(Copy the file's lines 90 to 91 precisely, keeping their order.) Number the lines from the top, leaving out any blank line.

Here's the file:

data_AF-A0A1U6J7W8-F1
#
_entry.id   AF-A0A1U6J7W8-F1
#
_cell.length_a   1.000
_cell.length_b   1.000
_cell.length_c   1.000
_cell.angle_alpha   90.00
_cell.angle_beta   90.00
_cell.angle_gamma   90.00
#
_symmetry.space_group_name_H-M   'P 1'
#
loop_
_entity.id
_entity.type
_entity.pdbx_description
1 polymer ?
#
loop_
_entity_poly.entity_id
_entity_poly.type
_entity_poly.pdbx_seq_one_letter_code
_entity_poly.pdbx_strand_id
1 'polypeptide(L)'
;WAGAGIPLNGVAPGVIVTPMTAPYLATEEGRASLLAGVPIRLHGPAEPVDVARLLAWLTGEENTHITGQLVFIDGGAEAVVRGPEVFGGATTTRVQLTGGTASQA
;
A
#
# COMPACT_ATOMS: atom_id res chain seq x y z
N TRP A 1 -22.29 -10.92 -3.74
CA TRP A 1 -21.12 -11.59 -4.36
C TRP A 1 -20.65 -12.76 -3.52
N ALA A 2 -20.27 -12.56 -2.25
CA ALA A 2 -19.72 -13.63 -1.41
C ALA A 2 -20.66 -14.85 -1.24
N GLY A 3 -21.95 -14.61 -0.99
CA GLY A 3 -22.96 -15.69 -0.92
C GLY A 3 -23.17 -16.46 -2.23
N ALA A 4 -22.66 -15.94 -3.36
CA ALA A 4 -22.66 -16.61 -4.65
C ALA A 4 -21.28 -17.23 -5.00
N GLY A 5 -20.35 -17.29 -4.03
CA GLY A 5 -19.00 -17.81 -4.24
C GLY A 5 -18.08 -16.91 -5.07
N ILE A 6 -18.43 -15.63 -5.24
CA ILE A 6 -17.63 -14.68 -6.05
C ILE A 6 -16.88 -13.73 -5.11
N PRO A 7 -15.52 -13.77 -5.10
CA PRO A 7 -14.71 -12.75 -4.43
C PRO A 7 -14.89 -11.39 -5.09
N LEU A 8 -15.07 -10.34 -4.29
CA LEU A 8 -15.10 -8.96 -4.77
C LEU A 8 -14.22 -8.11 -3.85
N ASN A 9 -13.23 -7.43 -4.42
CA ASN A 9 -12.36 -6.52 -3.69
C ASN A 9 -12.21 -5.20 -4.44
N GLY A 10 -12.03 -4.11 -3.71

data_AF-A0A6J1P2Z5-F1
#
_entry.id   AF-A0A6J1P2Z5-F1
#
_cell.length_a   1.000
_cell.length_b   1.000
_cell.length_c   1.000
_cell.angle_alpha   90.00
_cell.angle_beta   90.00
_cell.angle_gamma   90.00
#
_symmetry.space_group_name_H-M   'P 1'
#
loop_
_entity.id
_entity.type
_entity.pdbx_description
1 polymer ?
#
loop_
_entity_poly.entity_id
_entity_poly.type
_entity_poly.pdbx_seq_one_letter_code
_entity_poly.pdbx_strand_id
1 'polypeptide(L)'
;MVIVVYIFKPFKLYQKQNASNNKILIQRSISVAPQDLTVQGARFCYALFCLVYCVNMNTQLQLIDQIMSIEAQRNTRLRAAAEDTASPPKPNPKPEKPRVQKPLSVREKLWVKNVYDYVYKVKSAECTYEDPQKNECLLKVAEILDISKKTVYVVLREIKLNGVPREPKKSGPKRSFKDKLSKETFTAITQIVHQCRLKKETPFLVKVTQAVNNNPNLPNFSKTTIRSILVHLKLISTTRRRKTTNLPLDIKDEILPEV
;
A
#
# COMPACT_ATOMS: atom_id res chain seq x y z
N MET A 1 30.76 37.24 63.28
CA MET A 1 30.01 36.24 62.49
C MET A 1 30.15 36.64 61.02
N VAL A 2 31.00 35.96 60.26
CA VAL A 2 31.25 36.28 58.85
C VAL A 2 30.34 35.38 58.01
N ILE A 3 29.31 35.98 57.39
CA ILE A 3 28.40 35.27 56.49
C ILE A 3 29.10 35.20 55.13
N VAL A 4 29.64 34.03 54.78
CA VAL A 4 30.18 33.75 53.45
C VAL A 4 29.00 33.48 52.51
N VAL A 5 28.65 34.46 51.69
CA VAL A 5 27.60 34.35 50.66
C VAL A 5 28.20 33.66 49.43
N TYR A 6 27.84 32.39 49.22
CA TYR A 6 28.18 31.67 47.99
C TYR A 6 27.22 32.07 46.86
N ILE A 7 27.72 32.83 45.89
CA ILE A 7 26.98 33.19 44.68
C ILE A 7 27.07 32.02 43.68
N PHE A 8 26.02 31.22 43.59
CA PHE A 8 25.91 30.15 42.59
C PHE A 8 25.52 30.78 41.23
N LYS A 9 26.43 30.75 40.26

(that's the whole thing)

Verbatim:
CA MET A 1 30.01 36.24 62.49
C MET A 1 30.15 36.64 61.02